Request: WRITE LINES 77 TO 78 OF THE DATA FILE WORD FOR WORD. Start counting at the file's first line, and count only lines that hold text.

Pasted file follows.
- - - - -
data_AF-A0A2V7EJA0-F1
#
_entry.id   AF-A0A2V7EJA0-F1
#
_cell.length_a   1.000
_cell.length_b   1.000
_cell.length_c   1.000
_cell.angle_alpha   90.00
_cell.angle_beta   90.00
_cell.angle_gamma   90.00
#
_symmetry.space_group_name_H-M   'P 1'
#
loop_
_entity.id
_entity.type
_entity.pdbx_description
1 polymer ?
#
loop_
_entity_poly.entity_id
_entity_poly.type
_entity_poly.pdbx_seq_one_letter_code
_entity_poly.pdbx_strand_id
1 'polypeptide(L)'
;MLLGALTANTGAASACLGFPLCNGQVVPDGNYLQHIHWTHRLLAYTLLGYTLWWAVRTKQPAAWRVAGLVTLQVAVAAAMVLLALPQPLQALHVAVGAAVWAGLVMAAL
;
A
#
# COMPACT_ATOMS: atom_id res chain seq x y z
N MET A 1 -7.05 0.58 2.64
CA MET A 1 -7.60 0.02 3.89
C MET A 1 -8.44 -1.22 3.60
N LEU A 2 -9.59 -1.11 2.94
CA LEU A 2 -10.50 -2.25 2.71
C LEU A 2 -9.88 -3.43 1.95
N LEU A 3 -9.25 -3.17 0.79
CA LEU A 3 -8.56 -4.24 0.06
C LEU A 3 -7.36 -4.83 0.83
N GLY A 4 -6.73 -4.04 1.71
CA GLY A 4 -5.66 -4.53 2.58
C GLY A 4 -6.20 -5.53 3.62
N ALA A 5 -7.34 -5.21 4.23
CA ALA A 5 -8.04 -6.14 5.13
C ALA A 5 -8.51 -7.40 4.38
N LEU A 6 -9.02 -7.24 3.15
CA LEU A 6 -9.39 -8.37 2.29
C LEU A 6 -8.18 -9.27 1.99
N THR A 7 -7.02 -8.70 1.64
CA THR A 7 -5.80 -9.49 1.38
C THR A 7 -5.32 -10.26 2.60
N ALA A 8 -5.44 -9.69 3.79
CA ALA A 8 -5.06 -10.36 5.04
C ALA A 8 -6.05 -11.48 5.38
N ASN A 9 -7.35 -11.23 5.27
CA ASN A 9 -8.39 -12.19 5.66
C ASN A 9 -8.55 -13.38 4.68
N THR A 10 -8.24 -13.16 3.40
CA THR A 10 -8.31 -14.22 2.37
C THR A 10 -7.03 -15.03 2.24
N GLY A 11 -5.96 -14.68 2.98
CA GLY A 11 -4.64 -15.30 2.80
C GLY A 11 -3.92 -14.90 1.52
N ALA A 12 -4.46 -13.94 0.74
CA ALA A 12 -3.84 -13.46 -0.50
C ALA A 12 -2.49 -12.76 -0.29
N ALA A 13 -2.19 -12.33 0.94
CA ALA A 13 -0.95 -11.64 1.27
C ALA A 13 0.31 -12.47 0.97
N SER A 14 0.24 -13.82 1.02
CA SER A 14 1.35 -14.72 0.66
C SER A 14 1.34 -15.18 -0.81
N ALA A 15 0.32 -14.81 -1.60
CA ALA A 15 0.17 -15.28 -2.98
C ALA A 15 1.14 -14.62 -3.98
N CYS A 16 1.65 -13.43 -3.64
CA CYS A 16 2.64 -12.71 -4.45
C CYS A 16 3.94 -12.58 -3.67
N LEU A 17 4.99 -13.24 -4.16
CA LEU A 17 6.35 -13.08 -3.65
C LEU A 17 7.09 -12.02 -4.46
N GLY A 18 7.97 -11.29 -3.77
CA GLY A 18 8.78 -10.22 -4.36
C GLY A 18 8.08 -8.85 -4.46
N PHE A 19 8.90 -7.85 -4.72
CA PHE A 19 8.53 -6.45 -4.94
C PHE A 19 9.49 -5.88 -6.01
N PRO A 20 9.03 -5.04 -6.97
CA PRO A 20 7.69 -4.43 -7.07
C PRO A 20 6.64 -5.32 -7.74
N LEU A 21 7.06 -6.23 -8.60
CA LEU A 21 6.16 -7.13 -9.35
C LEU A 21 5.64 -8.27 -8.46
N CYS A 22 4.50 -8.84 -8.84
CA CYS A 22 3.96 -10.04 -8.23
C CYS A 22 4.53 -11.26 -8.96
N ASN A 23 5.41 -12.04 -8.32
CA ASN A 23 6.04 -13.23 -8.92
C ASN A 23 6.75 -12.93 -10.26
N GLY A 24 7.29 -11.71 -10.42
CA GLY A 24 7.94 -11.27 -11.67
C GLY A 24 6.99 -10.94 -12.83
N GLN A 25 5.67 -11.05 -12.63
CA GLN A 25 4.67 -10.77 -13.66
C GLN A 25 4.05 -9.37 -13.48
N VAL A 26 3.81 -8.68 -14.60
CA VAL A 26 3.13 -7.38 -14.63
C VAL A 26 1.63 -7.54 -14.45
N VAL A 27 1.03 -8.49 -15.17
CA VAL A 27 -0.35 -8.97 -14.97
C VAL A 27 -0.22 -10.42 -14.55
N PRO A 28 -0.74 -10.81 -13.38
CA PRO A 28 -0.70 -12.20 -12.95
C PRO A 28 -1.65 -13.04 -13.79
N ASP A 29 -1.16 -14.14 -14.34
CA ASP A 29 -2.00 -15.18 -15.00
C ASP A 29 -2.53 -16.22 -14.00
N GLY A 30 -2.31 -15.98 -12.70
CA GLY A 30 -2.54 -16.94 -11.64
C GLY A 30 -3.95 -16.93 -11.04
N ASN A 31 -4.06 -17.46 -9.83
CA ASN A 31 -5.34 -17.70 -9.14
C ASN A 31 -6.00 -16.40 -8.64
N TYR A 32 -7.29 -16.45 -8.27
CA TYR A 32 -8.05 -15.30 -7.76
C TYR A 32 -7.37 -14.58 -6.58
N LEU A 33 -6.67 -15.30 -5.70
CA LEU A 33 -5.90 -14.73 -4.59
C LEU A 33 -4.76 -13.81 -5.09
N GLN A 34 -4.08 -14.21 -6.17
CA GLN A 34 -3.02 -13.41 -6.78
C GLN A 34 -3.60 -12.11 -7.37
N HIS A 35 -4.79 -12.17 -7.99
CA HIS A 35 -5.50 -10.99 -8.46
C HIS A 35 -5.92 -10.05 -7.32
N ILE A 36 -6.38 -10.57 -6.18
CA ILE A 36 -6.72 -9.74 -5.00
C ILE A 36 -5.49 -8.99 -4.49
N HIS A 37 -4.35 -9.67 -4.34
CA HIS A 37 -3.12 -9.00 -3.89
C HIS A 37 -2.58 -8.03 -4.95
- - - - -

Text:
CA CYS A 16 2.64 -12.71 -4.45
C CYS A 16 3.94 -12.58 -3.67